BACKGROUND: Little has been reported about the socioeconomic status (SES) and demographics of non-directed (altruistic) and voucher-based donation.OBJECTIVE: To analyze common characteristics amongst altruistic donors in order to promote non-directed and voucher-based donation.DESIGN, SETTING, AND PARTICIPANTS: Information regarding altruistic donations from 2008 to 2015 and voucher-based donors was obtained from the National Kidney Registry.OUTCOME MEASUREMENTS AND STATISTICAL ANALYSIS: An SES index, created and validated by the Agency for Healthcare Research and Quality (AHRQ), was created by geocoding the donor's zip code and linking it to seven publicly available SES variables found in the 2010 United States Census data.RESULTS AND LIMITATIONS: In total, 267 non-directed and 3 voucher-based donations were identified. Non-directed donors were predominantly female (58%), with an average age of 45.6 yr (range, 21-72). The mean SES index score was 55.6 (SD=3.2), which corresponds to the 77th percentile of 1.5 million MediCare beneficiaries as reported by the AHRQ in 2008. Voucher-based donors were Caucasian males of high SES. The study was limited by the number of voucher-based donations.CONCLUSIONS: Non-directed and voucher-based donors are in the upper end of the economic spectrum. The voucher-based program has built within it the inherent capacity to remove disincentives to donation, which currently limit altruistic donation.PATIENT SUMMARY: We wanted to determine what types of people donated their kidneys altruistically, so that we could understand how to motivate more people to donate their kidneys. The voucher-based program was recently started and is a promising tool to motivate many people to donate kidneys by removing major disincentives to donation.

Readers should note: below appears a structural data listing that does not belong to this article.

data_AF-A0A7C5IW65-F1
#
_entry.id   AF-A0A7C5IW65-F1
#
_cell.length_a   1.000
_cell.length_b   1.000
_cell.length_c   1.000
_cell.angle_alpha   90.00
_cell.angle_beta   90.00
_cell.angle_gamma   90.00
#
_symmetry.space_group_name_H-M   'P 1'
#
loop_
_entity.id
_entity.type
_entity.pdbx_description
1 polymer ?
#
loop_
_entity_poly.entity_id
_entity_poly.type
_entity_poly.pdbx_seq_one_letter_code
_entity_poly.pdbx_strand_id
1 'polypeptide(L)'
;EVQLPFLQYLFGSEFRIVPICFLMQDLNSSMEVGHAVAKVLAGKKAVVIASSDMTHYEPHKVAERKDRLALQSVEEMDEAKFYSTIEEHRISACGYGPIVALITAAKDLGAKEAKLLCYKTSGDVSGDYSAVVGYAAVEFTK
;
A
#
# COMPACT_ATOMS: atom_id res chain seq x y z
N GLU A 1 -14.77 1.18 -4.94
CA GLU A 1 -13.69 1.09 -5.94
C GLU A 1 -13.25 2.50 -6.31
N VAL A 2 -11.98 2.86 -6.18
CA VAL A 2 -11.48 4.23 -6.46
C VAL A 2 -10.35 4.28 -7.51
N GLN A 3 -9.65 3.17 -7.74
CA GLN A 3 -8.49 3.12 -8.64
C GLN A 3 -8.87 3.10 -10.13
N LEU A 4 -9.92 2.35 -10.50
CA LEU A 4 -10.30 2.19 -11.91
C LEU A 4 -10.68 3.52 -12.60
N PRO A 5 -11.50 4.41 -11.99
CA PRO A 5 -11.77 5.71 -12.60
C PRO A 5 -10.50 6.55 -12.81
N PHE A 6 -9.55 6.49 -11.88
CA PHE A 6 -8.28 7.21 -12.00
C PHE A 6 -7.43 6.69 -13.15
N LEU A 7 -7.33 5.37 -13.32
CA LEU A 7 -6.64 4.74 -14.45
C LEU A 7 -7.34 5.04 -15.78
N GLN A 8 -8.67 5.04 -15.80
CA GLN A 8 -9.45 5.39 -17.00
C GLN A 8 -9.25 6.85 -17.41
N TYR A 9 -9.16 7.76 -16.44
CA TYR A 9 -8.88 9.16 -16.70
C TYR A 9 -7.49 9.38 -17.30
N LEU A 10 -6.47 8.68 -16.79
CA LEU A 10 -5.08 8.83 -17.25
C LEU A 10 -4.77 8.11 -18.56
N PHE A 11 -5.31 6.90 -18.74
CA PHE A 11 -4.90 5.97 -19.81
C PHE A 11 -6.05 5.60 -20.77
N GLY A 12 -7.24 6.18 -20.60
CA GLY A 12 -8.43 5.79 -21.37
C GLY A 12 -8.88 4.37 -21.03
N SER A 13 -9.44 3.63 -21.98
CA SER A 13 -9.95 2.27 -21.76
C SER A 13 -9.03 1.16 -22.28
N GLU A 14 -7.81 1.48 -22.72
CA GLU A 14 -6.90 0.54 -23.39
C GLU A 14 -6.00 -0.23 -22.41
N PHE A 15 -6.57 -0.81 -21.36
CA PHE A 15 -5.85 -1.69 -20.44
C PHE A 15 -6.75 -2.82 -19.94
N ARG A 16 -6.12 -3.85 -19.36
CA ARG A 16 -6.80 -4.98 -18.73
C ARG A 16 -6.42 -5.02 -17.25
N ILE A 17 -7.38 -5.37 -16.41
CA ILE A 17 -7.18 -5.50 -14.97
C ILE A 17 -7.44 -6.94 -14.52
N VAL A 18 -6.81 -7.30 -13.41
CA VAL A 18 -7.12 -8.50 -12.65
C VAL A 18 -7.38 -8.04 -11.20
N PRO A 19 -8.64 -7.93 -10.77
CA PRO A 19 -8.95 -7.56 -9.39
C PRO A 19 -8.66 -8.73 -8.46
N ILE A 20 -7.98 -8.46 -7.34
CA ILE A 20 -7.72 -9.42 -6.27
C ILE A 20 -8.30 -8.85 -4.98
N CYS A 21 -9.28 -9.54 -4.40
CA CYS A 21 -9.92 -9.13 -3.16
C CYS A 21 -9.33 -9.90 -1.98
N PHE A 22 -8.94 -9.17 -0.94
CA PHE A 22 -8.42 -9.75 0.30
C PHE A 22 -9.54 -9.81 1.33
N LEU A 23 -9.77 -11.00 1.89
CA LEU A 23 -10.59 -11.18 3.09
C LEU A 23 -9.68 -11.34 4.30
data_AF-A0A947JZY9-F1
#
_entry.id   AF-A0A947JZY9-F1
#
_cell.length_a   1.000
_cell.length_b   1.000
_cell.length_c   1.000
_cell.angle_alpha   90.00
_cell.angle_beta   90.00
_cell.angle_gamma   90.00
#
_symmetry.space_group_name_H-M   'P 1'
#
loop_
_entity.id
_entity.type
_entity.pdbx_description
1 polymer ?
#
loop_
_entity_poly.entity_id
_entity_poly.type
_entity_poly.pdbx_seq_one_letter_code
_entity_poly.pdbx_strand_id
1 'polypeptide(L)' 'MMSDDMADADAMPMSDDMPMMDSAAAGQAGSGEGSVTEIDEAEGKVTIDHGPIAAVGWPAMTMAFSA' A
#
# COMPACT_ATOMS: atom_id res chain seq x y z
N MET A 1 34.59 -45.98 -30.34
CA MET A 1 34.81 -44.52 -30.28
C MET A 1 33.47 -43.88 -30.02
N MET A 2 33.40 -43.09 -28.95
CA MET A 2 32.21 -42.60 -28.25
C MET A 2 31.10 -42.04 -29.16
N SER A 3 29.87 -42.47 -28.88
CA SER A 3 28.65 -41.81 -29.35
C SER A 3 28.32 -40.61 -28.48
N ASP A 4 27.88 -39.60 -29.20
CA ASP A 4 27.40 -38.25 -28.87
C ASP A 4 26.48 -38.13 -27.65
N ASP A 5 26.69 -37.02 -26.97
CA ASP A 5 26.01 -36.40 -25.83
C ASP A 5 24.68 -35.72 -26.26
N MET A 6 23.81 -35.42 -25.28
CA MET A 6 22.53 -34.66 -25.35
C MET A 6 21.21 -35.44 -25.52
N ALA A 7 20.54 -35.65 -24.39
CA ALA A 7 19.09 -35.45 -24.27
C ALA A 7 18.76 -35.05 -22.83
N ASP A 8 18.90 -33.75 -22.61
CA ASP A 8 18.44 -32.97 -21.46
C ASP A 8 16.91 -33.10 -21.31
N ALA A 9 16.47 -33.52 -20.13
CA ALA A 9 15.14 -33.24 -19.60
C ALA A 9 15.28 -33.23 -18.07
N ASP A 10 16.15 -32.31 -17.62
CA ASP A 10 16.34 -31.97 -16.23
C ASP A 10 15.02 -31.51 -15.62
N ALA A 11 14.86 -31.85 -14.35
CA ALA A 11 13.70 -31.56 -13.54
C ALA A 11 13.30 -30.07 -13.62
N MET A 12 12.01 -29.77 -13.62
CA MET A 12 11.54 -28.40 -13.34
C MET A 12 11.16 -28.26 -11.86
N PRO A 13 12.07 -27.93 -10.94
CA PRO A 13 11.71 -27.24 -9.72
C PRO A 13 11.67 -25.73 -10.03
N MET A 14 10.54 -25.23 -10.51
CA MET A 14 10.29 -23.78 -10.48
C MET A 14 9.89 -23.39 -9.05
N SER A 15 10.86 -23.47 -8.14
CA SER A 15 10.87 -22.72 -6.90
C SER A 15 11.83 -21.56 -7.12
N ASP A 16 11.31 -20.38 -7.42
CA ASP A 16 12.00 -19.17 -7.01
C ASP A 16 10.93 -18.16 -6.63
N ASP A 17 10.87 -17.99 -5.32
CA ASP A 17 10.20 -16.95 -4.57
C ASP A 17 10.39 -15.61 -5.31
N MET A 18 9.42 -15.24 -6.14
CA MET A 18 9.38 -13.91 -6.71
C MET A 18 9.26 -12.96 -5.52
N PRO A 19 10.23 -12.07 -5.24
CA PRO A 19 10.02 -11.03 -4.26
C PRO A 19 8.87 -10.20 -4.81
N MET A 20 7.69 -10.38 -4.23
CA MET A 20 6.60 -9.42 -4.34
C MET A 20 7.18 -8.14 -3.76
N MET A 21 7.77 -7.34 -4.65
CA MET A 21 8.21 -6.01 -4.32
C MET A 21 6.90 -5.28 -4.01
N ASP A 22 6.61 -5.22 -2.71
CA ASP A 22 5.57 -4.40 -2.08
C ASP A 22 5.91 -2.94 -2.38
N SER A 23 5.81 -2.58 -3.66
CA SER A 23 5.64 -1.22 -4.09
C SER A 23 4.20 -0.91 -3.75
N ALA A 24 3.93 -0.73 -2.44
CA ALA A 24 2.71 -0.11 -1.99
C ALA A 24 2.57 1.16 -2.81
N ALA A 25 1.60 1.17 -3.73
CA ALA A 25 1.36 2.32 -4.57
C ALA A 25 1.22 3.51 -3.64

View details for PubMedID 30122635